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Google's Kubernetes incubator may have begun to subtly rock the IT containerization boat with a new effort that builds on the Open Container Initiative's proposals for container standardization.
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The effort is in a pre-alpha stage, and was originally named Open Container Initiative Daemon. This month, it has been renamed to Container Runtime Interface using Open Container Initiative runtimes (CRI-O). It uses the container runtime and image format -- originally donated by Docker -- that the Linux Foundation is working on with the Open Container Initiative (OCI), formed in June 2015.
But CRI-O, which also involves engineers from open source IT vendor Red Hat, goes beyond what OCI has done to include a standardized means by which Kubernetes can pull containers from a registry and store them there again. That has some IT experts wondering -- once again -- if there is to be a schism in the container market.
Early adopters of containers in particular are breaking out the popcorn and watching what develops.
"There is a lot of developer focus on Kubernetes right now -- they have the community momentum in my opinion," said Aaron Welch, co-founder and senior vice president of Packet Host Inc., a New York-based bare-metal-hosted server provider. "Red Hat doesn't always bat a thousand, but they do have a lot of deep experience with container technology and have the resources to disrupt [the market] if they can execute and make it as easy to adopt as Docker."
CRI-O is just the next step in what Kubernetes already represents, said Zubin Irani, CEO of cPrime Inc., an Agile software development consulting firm in San Francisco.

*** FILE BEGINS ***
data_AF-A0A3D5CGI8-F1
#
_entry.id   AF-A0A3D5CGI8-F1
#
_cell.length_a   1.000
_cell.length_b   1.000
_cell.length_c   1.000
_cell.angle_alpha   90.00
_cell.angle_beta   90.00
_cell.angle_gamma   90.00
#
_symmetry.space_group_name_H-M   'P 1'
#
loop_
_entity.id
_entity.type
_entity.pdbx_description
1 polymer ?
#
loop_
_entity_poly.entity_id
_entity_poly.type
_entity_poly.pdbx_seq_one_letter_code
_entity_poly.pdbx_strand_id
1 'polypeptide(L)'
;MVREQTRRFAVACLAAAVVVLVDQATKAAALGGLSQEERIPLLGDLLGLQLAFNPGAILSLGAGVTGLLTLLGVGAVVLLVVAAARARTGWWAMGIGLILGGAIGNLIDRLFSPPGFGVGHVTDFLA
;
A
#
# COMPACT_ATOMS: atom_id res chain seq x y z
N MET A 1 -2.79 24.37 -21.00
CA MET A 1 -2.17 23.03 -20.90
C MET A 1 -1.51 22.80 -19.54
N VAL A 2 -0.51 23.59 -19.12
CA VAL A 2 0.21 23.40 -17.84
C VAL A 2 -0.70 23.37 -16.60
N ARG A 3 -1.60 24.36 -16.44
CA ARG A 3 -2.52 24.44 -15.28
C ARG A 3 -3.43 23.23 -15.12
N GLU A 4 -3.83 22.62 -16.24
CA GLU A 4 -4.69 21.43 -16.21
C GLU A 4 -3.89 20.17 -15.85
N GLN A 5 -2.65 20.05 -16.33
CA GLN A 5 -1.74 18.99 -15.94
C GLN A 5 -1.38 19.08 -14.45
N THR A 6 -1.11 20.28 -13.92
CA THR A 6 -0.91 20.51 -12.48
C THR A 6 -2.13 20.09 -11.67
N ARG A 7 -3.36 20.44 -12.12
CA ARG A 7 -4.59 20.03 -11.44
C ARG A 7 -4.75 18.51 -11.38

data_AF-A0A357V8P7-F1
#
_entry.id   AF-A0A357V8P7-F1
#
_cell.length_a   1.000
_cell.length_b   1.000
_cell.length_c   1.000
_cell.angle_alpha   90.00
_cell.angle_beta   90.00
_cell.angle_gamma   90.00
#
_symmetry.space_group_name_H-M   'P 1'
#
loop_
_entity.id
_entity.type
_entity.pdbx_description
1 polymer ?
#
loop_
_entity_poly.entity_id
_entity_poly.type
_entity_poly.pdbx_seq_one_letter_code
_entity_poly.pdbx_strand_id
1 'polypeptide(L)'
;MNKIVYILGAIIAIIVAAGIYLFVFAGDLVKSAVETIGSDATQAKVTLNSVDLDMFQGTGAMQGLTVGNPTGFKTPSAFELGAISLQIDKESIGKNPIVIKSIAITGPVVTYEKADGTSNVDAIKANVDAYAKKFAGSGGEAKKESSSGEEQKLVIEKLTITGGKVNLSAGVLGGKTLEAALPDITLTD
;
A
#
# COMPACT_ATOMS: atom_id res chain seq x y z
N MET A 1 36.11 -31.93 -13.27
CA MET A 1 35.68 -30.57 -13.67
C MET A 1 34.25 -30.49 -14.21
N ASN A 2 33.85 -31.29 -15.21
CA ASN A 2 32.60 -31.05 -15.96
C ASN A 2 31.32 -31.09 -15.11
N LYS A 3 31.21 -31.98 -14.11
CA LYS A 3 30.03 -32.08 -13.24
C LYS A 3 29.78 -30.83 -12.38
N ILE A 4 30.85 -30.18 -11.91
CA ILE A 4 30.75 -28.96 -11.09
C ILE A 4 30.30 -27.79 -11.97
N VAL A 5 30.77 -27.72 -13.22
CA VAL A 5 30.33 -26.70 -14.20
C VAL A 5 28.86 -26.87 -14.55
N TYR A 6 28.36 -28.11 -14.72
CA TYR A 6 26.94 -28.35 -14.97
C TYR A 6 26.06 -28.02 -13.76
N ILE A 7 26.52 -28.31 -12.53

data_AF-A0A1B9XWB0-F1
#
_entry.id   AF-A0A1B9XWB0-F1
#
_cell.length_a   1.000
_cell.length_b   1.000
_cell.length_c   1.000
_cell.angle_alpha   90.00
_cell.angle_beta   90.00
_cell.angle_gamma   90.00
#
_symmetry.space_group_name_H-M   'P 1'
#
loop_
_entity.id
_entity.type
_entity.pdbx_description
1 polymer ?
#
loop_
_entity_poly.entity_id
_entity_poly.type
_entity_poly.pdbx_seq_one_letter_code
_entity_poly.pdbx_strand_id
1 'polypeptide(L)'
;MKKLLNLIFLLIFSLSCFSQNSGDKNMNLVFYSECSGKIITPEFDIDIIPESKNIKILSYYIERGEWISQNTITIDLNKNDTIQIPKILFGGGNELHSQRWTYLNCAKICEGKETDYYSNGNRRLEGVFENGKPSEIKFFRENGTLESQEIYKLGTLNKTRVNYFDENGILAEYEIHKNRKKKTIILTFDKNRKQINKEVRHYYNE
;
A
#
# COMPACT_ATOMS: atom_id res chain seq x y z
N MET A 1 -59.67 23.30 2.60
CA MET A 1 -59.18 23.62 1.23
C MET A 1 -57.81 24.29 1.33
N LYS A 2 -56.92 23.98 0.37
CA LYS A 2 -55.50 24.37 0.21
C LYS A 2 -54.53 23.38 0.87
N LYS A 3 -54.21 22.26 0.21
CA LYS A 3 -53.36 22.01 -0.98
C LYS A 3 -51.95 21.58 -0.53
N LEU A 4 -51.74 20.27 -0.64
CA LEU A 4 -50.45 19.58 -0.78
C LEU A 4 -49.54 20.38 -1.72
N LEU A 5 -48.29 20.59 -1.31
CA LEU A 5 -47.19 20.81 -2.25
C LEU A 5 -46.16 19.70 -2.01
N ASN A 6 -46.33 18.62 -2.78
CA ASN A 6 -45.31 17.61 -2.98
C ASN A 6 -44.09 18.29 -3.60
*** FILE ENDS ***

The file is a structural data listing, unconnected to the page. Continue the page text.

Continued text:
Zubin IraniCEO, cPrime Inc.
"Container standards are one thing, and that's a vitally important piece that Docker created," Irani said. "But how you manage the creation and destruction of hundreds and thousands of instances requires some rather robust solutions."
The most important work in the market is being done on container management to make the technology production-ready, said Chris Riley, founding partner at HKM Consulting LLC in Rochester, Mass.
"It appears that Red Hat and Google are maturing Kubernetes to stay ahead of Docker Swarm and insulate it from the container technology," Riley said. "By introducing [CRI-O], they can standardize container execution and how Kubernetes can govern container-based solutions."
Such a nascent project should be on container users' watch lists, Riley added, because standardized APIs can ensure that customers migrate to or integrate with containers without extra work.
Users will be sensitive to the direction of the technology and ensuring that whatever they put in place is maturing and stable, Irani said.
"DevOps, as a technical approach, is still developing and there are literally hundreds of different software solutions out there," Irani said. "The market needs to whittle down to some key players, and the container space is no different."
IT industry watchers are making a mountain out of a molehill, Red Hat executives said, emphasizing that CRI-O uses the same runC lightweight runtime container technology Docker donated to the Open Container Initiative for its container runtime and image format.
"It's just where we're drawing the line on what should be stable and standard, and what should be specific to each vendor solution," said Joe Fernandes, senior director of product management at Red Hat. "Some folks are getting carried away ... [and] looking for stories, but there's not one here."
But IT pros are equally dismissive of this as merely public hand-waving.
"I think everyone is trying to play nice publicly since there is a lot of coopetition going on," Irani said.
Representatives from the Linux Foundation said that CRI-O goes beyond the scope of the Open Container Initiative, but declined to comment on whether the move is meant to be a shot across the bow of Docker in the container management arena. Docker Inc. and Google also declined to comment.
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